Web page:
It’s National Eating Disorders Week – a week to raise awareness and educate the public about these devastating and often fatal mental health issues. For those of you who are new to this blog space, I don’t talk about it often, but I fought like hell for five years with an eating disorder that eventually landed me in heart failure. I’m not proud of it, and it’s not something that’s easy to talk about or wins me many fans, but that journey and that struggle is part of my testimony, so I own it. I worked hard to recover and move on, and by the grace of God (and thanks to an incredible team of therapists), I did.
I can finally say it no longer defines me, and I no longer feel shame in talking about it. I’m so thankful that anorexia was simply one chapter of many in my life. I was able to move on and turn a page to a new chapter, unlike so many women who fall victim to this terrible disease. Anorexia is the most fatal of all mental illnesses, and this week is a week to shed light on it.
It’s time to talk about this.
If you haven’t already read my full story, you can do so HERE.
Being a mom, especially a young girl mom, the truth of the matter is that these issues start YOUNG. Like, REALLY young. So, I’ve been very strategic about the way I talk about food, exercise, and health since my children were born, and I thought it might be time to put it out there in the world. My prayer is that these action steps might help us re-frame the little things we do every day that can add up to big impact for our kids.
ACTION STEP: Drop the black and white talk.
ACTION STEP: Focus on strength for adults and growth for kids.
Two or three times a week, we head up to our neighborhood gym to work out (okay, okay, and to use the free childcare…), and I’m often asked by the little two why we have to come to the gym. And every single week, my answer is the same: because exercise keeps Mommy healthy and strong. Never once have I said anything about weight or my jeans or how much queso I ate the night before. I may have had those reasons in my head, but you’d better believe I wasn’t planting those seeds for my kids.
All they need to know at this young age is that exercise is healthy and makes us strong. Period. Don’t make it complicated. Because truthfully? It’s not.
ACTION STEP: Eat meals and exercise as a family.
Before I go into family meals, let me just preface by saying I GET IT. With 832 different schedules and practices and homework and jobs, I know this one’s hard. And it certainly doesn’t have to happen every night…but at least a few nights a week, enjoying a meal together is critical to developing a healthy relationship with food. There is so much more that happens at a dinner table than dinner. There is eye contact, conversation, taking turns, laughter, and, okay, a little bit of chaos if yours are little like mine. BUT! BUT! It’s worth fighting through the chaos to share a healthy meal when you can. And bonus points if your kids help you with the cooking!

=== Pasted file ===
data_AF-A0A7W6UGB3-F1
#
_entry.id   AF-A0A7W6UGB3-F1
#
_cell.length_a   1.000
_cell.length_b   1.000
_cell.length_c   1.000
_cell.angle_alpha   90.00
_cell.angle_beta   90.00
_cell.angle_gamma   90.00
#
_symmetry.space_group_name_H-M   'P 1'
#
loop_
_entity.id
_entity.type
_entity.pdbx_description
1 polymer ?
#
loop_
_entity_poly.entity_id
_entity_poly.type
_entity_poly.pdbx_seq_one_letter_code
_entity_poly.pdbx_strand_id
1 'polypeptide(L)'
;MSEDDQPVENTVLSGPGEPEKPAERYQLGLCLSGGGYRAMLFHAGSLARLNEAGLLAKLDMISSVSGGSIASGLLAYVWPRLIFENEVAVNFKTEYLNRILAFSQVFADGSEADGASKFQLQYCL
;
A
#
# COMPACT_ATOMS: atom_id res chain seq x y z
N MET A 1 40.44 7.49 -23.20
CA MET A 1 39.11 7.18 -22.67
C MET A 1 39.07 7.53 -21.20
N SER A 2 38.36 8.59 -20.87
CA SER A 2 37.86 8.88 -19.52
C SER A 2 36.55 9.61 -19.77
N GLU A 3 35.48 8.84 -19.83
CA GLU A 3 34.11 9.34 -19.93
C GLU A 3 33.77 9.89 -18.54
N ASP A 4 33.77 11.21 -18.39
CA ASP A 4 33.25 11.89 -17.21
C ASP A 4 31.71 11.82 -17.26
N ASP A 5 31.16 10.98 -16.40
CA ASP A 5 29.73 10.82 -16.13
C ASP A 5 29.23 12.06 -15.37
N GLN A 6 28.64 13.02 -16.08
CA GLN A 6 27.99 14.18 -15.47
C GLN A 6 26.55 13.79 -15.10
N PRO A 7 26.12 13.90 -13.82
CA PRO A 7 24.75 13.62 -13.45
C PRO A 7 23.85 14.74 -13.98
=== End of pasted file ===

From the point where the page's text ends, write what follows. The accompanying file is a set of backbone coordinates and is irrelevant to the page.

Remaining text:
Last, but not least…
ACTION STEP: Just stop talking.
And I’m calling it out today: STOP.
Our bodies were created to DO. When God created us thousands of years ago, His primary focus was not on how we looked, but what we could DO with our bodies. We were created to work, to learn, to carry children, to feed children, to travel with our families. We were supposed to feed and nurture that body to keep it strong so we could continue to work. We were never meant to focus so much on how that body looked…but that’s part of our fall as human beings.
That stretched out tummy that now resembles a frowning face? It grew a human. Or two. Or twelve if you’re a Duggar.
Those saggy boobs? It kept a few tiny people alive for a year.
That thigh gap you constantly covet? Screw it! Your thighs ran a half marathon.
Enough complaining, you guys. Enough fixating. Enough battling something that was never meant to be fought in the first place. Let’s get over it already.
And here’s why this is so critical when you have little ears around…they hear everything. And repeat everything.
The other night, my husband was telling me a story about something scary (or maybe exciting…I can’t be sure as I was only half-listening…) that happened at work, and without thinking, I replied, “Oh, damn!” Can you guess what the next two words out of our sweet baby boy’s mouth were? Yep. You know it. He looked right in my eyes and said, “Oh, damn.”
I’ll leave my “Mother of the Year” trophy on the door step for collection.
When you look in the mirror and verbally criticize those laugh lines on your face with your little girl standing at your feet, do you really think she’s not paying attention? She’s looking at you, who in her eyes is the most beautiful woman in the world, and you’re feeding her negativity. Whether she’s aware of it in the moment or not, you’re teaching her how to be a woman, and what she just learned is this: women criticize themselves.
Is that really the message we want her to learn?
I want to see my little girl looking in the mirror admiring how strong she is, how much she’s grown, or, better yet, moving her focus away from the mirror and into the eyes of people. I want to teach her that it’s more important to look out than to look in. I want her to learn that we focus on others, not fixate on ourselves.
So, those are my thoughts for this NEDA week. We can plant seeds now that can create change later, and I hope you’ll join me as we fight for our kids.
If you or someone you know is struggling in this area, I’d highly encourage you to check out https://www.nationaleatingdisorders.org/ or find a local therapist who can help you. If you’d like to contact me directly to help you find resources in your area, you may always do so at firstname.lastname@example.org.